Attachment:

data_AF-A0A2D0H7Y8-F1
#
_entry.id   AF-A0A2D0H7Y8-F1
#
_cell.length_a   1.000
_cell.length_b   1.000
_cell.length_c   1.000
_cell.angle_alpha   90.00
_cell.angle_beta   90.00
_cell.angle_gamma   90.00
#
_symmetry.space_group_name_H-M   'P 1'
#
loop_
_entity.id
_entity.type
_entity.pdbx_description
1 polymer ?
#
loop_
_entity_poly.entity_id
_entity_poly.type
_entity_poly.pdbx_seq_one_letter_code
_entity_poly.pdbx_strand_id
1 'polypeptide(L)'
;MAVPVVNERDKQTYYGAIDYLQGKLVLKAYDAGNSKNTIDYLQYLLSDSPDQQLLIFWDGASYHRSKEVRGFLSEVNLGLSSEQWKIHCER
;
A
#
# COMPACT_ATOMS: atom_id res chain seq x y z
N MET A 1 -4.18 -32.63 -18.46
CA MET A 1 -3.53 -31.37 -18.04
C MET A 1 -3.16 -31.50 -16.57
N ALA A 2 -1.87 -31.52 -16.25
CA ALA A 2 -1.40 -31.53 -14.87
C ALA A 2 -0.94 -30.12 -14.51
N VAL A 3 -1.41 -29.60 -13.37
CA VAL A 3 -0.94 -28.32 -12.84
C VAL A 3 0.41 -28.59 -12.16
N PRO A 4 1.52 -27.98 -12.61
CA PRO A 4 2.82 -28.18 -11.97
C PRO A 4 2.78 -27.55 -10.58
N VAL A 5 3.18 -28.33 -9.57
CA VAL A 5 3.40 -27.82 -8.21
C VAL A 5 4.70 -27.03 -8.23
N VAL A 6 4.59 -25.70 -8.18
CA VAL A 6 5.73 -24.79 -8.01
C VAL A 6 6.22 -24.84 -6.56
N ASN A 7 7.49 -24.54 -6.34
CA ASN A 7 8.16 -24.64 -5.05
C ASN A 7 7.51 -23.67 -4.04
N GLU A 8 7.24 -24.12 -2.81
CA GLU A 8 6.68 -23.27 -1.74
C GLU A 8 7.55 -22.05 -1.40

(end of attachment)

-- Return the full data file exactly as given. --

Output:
data_AF-A0A2D0H7Y8-F1
#
_entry.id   AF-A0A2D0H7Y8-F1
#
_cell.length_a   1.000
_cell.length_b   1.000
_cell.length_c   1.000
_cell.angle_alpha   90.00
_cell.angle_beta   90.00
_cell.angle_gamma   90.00
#
_symmetry.space_group_name_H-M   'P 1'
#
loop_
_entity.id
_entity.type
_entity.pdbx_description
1 polymer ?
#
loop_
_entity_poly.entity_id
_entity_poly.type
_entity_poly.pdbx_seq_one_letter_code
_entity_poly.pdbx_strand_id
1 'polypeptide(L)'
;MAVPVVNERDKQTYYGAIDYLQGKLVLKAYDAGNSKNTIDYLQYLLSDSPDQQLLIFWDGASYHRSKEVRGFLSEVNLGLSSEQWKIHCER
;
A
#
# COMPACT_ATOMS: atom_id res chain seq x y z
N MET A 1 -4.18 -32.63 -18.46
CA MET A 1 -3.53 -31.37 -18.04
C MET A 1 -3.16 -31.50 -16.57
N ALA A 2 -1.87 -31.52 -16.25
CA ALA A 2 -1.40 -31.53 -14.87
C ALA A 2 -0.94 -30.12 -14.51
N VAL A 3 -1.41 -29.60 -13.37
CA VAL A 3 -0.94 -28.32 -12.84
C VAL A 3 0.41 -28.59 -12.16
N PRO A 4 1.52 -27.98 -12.61
CA PRO A 4 2.82 -28.18 -11.97
C PRO A 4 2.78 -27.55 -10.58
N VAL A 5 3.18 -28.33 -9.57
CA VAL A 5 3.40 -27.82 -8.21
C VAL A 5 4.70 -27.03 -8.23
N VAL A 6 4.59 -25.70 -8.18
CA VAL A 6 5.73 -24.79 -8.01
C VAL A 6 6.22 -24.84 -6.56
N ASN A 7 7.49 -24.54 -6.34
CA ASN A 7 8.16 -24.64 -5.05
C ASN A 7 7.51 -23.67 -4.04
N GLU A 8 7.24 -24.12 -2.81
CA GLU A 8 6.68 -23.27 -1.74
C GLU A 8 7.55 -22.05 -1.40